Economically speaking, if alternatives are going to be viable they are going to have to be able to compete on an economical scale. Has anyone noticed the spike in our National Grid bills. The answer National Grid gives is the price of natural gas. If it keeps going higher people will be forced to seek out the cheaper alternative. Any time it gets higher, coal then starts to look more attractive for the power companies. These companies are for profit and provide us with a commodity few people would be willing to do without. International Paper in Ti burns over thirty thousand gallons a day of #6 fuel oil. When they convert to natural gas, they will be converting to a much cleaner fuel source. In turn however they will put pressure on natural gas prices. Just as conversion to natural gas has put downward pressures on coal prices it will do the same to oil, but then put upward pressure on nat gas. If the economy picks up then prices can easily rise for nat gas, oil, and coal. If you think big companies do not care about energy efficiency and pollution, you are way off the mark. The biggest ROI projects that get green lighted are usually associated with energy reduction. The quandary we are in is this. Much more could be done towards energy efficiency in our own homes, our electrical grid, and the very ways we use energy. The problem is, few have money to implement some of the cost savings projects that would reduce our need to consume so much energy. The economics of supply and demand will continue to steer this debate. As long as fossil fuels remain competitive price wise, it will not be enough to force the change that some people believe we need to save ourselves from the doomsday scenarios some believe await us. If you believe in climate change, you can not confront one problem without confronting the other. If you disrupt the way of living, Americans have gotten used to for the past hundred years you set yourself up for failure. If the McKibbens of the world truly believe in the science then they better provide sollutions.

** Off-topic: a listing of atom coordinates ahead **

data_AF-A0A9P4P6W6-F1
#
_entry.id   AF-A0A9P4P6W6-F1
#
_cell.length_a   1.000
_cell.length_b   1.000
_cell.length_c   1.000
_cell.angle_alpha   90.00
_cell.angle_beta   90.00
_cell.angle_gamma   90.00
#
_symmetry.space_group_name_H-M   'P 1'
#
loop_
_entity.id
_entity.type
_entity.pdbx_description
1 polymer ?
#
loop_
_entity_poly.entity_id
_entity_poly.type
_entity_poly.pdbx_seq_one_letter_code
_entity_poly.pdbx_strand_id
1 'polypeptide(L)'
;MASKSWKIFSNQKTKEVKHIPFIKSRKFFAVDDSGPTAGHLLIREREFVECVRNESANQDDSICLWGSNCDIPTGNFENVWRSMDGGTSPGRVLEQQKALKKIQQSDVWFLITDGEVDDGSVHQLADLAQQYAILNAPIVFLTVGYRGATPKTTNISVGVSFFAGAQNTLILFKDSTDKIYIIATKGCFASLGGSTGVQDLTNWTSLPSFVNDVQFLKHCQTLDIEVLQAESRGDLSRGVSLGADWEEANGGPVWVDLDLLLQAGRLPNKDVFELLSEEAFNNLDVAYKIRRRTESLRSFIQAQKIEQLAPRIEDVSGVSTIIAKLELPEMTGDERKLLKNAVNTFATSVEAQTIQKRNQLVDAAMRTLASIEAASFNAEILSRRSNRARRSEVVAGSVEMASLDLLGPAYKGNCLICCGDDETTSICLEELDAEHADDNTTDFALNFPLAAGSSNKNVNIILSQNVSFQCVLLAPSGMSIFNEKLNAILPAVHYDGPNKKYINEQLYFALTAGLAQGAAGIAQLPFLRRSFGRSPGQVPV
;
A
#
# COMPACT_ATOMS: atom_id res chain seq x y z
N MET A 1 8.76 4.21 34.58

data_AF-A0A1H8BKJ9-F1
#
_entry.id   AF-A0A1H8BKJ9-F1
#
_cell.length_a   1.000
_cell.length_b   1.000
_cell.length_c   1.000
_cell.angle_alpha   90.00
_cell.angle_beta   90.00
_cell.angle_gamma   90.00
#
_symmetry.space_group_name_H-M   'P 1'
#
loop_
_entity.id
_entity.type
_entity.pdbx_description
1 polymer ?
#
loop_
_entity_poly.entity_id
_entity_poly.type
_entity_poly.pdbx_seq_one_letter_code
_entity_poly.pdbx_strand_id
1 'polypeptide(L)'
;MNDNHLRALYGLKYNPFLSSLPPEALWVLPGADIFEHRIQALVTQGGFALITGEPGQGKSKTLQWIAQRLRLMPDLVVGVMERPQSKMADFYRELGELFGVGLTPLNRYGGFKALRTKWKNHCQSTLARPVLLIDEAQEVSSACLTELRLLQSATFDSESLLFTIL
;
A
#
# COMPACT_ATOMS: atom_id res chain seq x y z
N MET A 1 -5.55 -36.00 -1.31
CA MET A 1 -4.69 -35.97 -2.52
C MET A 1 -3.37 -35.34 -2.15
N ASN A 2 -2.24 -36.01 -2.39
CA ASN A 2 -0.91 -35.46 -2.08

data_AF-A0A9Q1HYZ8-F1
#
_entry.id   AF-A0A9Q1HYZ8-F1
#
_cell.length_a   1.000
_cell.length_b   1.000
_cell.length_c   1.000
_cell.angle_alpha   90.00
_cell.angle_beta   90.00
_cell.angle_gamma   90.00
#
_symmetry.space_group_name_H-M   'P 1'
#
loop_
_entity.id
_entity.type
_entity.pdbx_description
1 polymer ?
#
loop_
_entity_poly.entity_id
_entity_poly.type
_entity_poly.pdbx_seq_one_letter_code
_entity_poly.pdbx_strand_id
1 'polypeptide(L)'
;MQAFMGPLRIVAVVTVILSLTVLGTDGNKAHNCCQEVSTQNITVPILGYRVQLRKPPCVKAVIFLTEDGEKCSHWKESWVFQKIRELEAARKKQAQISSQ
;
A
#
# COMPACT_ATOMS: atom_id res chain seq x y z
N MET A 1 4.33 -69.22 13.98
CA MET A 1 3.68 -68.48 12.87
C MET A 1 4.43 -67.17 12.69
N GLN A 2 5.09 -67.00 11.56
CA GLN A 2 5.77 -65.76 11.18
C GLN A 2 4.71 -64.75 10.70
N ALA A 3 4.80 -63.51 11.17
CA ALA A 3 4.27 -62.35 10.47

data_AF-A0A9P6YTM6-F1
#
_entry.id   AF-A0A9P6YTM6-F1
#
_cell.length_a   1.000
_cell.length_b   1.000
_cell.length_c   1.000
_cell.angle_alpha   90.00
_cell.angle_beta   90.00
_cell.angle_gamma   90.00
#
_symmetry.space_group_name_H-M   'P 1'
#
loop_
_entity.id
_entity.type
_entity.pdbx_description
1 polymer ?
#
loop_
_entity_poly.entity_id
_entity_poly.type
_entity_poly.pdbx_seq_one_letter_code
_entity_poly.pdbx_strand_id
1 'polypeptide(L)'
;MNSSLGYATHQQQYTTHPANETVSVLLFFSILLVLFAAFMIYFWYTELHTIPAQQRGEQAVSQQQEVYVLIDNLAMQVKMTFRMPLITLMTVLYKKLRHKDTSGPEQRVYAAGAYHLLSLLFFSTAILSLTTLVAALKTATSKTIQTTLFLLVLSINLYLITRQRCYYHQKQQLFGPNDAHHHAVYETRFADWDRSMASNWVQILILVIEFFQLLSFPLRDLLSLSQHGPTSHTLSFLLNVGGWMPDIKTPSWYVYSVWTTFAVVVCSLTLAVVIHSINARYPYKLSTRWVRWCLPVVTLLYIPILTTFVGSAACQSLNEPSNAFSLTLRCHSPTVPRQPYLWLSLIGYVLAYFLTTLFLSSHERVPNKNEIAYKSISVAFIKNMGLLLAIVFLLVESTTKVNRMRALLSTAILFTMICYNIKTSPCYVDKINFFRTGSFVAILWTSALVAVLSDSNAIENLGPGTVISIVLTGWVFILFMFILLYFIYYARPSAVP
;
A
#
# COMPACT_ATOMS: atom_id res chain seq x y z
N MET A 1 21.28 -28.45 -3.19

• Outlier says:

        Natural gas is a much cleaner fuel than coal but we are becoming dangerously dependent on it. The plants are cheap to build but the fuel price can be very volatile.

        Even assuming that hydraulic fracturing is environmentally benign, the rapid extraction it allows comes at a cost of having to abandon the well before all the gas (or oil) is obtained. The gas/oil is not found in “pools” but is trapped in rock pores like a sponge. So the current robust supply may be illusory even though much gas remains.

        What if our current version of the Cold War with Russia continues and we end up supplying Europe with natural gas? This couldn’t happen overnight but it would be the end of cheap natural gas.

        I don’t agree with NASA scientist James Hansen’s global warming apocalyptic theories but he recognizes that renewables cannot replace fossil fuels.

      • John Jongen says:

        This is a NYT op-ed by Paul Krugman who argues that climate change remediation may be less costly than we thought, if we just put our mind to it. Btw, this is not a spectator sport played by the McKibbens of the world, as you call them; climate change deniers must get on board too.

        • Outlier says: